The final thing I want to touch on before moving on is Xenoblade's Affinity system. Affinity represents the compatibility of your party members to each other as well as to the outside world. As the affinity in each main area of the game increases, you will find yourself receiving additional sidequests and relationships with the locals will improve as well. In battle, affinity affects things like hit percentage, the ability to dodge/defend attacks, and how quickly the Chain Attack gauge fills. However, the reverse is also true. During long battles in particular, it can be difficult to maintain a healthy level of Affinity. That is why, at times, you might need to encourage a fellow party member or help them in someway. It is important to monitor the situation and watch for any button commands that might pop up on the screen. Also, try to get in the habit of nailing the affinity circle that appears at the start of any given battle.

Sigh...despite my dissertation above, I have only scratched the surface of Xenoblade. There is so much meat to be found that I could discuss this game all night long! I do hope that I have at least piqued your interest in regards to the general gameplay found in Xenoblade. Let's discuss the graphics next!


[Near Eryth Sea]


Graphics: Despite the well-documented limitations of the Nintendo Wii console (Nintendo platforms tend to be about a generation behind in terms of graphics/visuals.), Monolith Soft somehow found a way to push the Wii for all it was worth. Granted, I would have loved to have seen this game sizzle in glorious HD but I'll take what I can get! The lush world of Xenoblade with its gorgeous backdrops and remarkable diversity is truly a sight to behold and the attention to detail is simply breathtaking for a Wii game. There were countless times during my initial playthrough when I would simply stop, take a look around, and enjoy the view. The forests, mountains, plains, rivers, and sky create such a wondrous atmosphere and the day/night cycle was executed seamlessly (the title screen exemplifies this perfectly). Without a doubt, the open-ended world of Xenoblade reminds me a lot of Dragon Quest VIII for the PS2. Both games give you such a sense of freedom and adventure!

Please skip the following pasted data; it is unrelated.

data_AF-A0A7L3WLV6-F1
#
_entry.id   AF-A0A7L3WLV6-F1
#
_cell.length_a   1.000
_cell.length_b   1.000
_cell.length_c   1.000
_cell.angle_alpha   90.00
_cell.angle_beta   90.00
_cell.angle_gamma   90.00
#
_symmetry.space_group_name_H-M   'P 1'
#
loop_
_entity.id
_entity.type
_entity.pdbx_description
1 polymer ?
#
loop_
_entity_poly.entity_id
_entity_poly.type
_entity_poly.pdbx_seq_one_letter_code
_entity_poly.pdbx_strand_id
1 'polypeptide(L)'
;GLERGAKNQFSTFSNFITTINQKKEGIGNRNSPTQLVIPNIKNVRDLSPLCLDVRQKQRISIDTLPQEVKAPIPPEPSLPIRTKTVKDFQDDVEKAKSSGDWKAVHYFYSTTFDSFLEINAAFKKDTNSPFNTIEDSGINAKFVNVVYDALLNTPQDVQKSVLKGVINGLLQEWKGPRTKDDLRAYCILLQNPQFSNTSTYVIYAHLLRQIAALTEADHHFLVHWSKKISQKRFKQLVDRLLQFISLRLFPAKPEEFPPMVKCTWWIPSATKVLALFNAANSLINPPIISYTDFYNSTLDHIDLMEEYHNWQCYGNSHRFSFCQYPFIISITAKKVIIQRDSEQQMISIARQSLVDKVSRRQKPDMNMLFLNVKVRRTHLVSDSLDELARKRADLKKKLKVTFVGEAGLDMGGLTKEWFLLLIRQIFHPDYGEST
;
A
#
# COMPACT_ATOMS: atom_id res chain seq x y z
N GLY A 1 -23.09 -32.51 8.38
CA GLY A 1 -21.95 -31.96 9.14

The battle/cut-scene graphics look fantastic as well! You go from moving around in the overworld to fighting enemies seamlessly and some of the battle animation/effects look superb. The cut-scenes are honestly where this game really shines, however. These special clips tell an epic, timeless story in grand fashion and they look absolutely dazzling. Now to be fair, the close up character graphics during gameplay (not the cut-scenes) are a bit of an eyesore and some of the camera angles can get a little messy but still...I do feel that this game soars aesthetically.

Music: As you know, there are a combination of elements that go into creating a truly great video game. I have noticed, however, that the Xeno series has been legendary in two particular areas going all the way back to Xenogears: Music...and Story. And Xenoblade Chronicles, once again, delivers in both areas. For now, let's focus on the music. Yoko Shimomura, famous for her outstanding Kingdom Hearts compositions, was given the arduous task of creating Xenoblade's soundtrack. She wasn't alone, however, because the legendary Yasunori Mitsuda would make an invaluable contribution (the heavenly ending theme "Beyond the Sky") which is fitting since Mitsuda has a penchant for writing some of the best ending songs ever. To say that Xenoblade was in good hands from a musical standpoint was quite the understatement indeed.

Right from the start, I could tell that Shimomura was the right choice. On the title screen, you have the Monado surrounded by an open field and a gorgeous background. And while the scene itself is a thing of beauty, it is the music that etches this moment into your memory forever. It starts out as a soft piano piece that gradually builds until it hits a powerful crescendo. Simply put, it is one of the finest opening pieces I have ever heard in a video game...and that is saying something!

That is only the beginning too because this game is full of wondorous music. Shulk's hometown of Colony 9 features a relaxing, down-to-earth tune while the open world just outside of town has the perfect theme that says "Let's go on an adventure!" The music just feels right and I love how it changes at night as well! Generally speaking, the nighttime tunes tend to be softer and more laid back than their daytime counterparts which, in addition to creating the perfect evening atmosphere, gives you a lot of extra music to enjoy. Little things like this differentiate Xenoblade from your average, run-of-the-mill RPG.

Additional favorites of mine include Gaur Plain (I love the violin and upbeat nature of this track!), Frontier Village (just a happy, carefree tune), Mechonis Field (one of the finest factory-themed tracks...ever), and Agniratha (sentimental and somewhat sad describes this music perfectly) among others. And not to be forgotten is the aforementioned "Beyond the Sky" ending track which, with its beautiful vocals, is one of the greatest ending themes I have ever heard.

The various battle/boss themes in Xenoblade are also well done. Granted, the previous game in this franchise (Xenosaga: Episode Three in particular) set an almost impossible standard and I admittedly am not a big fan of the rock/metal genre but still...I have to admit that Xenoblade's battle music was impressive. Everything is very fast-paced and adrenaline-pumping which is what you want...particularly during some of the more epic boss battles in the game.